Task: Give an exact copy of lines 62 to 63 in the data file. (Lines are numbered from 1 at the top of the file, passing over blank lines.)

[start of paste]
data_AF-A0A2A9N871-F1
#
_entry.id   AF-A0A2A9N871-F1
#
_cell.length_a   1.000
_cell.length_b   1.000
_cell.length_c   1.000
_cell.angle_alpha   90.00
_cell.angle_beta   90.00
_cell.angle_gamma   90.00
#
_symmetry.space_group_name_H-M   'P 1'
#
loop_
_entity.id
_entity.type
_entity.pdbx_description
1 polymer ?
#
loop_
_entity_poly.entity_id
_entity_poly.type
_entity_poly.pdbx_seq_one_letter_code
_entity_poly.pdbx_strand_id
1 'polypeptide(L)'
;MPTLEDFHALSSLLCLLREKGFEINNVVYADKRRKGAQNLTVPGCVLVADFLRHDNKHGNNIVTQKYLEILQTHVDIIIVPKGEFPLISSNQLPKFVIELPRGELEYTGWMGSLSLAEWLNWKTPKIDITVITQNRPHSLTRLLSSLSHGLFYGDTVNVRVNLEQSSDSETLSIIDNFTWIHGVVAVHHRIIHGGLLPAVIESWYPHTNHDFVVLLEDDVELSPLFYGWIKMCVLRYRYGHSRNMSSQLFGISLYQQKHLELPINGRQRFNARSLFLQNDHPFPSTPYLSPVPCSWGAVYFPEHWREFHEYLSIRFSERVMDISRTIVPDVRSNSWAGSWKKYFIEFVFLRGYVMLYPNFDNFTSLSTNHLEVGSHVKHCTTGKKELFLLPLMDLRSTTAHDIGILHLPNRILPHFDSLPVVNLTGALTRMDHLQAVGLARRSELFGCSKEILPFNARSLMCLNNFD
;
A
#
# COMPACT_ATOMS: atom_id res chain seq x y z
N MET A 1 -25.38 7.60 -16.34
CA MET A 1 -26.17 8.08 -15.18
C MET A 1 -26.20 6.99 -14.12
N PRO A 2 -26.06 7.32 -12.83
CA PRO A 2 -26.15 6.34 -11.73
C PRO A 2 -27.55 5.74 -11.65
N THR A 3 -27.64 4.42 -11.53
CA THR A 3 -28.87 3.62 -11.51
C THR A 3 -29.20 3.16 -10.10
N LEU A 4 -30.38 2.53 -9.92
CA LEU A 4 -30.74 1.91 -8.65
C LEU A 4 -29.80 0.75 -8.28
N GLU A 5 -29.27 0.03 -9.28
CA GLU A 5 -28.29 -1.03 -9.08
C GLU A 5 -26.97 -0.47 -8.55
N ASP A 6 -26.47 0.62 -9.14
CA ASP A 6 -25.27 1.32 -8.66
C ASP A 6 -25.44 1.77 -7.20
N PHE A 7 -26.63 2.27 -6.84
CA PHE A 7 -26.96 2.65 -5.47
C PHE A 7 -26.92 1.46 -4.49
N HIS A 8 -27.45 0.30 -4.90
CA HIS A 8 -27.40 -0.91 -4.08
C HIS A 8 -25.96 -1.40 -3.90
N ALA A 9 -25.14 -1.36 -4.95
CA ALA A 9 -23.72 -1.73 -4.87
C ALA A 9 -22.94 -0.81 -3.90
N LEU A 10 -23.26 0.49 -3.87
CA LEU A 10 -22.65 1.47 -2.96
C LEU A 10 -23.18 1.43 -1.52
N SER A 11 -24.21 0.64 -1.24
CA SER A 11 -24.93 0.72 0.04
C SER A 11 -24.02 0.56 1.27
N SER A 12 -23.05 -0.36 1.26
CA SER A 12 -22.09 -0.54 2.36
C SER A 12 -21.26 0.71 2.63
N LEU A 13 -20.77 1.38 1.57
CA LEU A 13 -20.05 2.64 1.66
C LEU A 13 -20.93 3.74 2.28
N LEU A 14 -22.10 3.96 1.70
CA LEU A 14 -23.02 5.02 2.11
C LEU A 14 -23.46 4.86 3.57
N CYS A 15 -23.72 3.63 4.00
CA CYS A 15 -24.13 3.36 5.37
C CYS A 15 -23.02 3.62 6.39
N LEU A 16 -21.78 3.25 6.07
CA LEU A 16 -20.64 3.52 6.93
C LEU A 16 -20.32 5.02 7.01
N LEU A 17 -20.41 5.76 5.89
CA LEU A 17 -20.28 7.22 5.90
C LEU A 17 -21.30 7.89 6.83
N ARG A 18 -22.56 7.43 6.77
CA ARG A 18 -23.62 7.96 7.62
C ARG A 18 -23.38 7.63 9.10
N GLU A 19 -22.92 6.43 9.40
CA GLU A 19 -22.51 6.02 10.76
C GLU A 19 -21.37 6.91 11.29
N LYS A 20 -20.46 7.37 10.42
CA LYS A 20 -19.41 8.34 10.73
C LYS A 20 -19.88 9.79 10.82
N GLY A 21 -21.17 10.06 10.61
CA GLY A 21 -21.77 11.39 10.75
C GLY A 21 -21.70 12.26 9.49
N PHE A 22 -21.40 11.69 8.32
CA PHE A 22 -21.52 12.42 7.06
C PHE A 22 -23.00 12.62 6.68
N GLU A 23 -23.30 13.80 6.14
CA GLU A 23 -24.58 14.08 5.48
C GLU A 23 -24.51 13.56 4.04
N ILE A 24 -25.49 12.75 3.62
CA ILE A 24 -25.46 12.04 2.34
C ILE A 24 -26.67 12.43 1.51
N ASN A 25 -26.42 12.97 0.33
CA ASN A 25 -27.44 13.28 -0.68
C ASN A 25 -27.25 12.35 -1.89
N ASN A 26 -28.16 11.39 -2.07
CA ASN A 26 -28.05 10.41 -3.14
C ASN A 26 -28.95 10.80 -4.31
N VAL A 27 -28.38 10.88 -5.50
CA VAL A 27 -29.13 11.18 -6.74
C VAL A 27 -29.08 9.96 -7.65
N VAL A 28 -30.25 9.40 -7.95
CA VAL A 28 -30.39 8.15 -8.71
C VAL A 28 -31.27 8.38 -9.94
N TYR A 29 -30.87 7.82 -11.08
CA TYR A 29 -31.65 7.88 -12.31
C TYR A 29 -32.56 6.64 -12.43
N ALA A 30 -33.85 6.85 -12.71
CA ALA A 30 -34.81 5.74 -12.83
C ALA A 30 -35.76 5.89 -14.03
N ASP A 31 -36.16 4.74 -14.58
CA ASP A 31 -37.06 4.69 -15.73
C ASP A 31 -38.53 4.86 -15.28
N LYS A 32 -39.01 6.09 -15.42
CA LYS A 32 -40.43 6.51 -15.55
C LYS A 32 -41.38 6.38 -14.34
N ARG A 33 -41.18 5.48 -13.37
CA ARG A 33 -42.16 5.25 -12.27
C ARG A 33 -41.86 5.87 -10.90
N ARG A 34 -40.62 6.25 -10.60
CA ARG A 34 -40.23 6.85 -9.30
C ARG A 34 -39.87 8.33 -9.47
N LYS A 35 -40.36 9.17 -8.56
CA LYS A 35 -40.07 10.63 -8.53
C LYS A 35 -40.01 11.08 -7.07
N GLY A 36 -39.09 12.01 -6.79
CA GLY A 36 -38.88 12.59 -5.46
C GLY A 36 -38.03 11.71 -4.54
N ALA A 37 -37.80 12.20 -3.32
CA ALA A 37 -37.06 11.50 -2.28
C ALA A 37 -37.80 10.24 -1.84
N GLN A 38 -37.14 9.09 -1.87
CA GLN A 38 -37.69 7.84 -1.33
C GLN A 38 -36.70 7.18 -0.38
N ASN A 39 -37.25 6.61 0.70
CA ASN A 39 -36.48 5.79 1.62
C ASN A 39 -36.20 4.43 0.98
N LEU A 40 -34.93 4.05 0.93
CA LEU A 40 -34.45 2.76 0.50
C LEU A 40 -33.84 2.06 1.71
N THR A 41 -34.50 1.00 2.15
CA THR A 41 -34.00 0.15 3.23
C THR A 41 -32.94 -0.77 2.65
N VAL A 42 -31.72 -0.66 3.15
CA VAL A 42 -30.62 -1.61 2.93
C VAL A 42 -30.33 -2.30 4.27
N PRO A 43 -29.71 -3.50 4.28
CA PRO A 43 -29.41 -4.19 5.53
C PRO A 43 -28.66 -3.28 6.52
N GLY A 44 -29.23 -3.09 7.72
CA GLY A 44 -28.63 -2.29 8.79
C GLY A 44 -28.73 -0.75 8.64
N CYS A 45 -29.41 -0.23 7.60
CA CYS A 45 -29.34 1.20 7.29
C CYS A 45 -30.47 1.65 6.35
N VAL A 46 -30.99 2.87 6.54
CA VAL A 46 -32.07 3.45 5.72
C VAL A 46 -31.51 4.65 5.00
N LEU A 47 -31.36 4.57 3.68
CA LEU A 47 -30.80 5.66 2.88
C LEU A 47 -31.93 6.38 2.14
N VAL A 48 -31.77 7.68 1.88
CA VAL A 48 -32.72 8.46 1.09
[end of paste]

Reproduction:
CA SER A 11 -24.93 0.72 0.04
C SER A 11 -24.02 0.56 1.27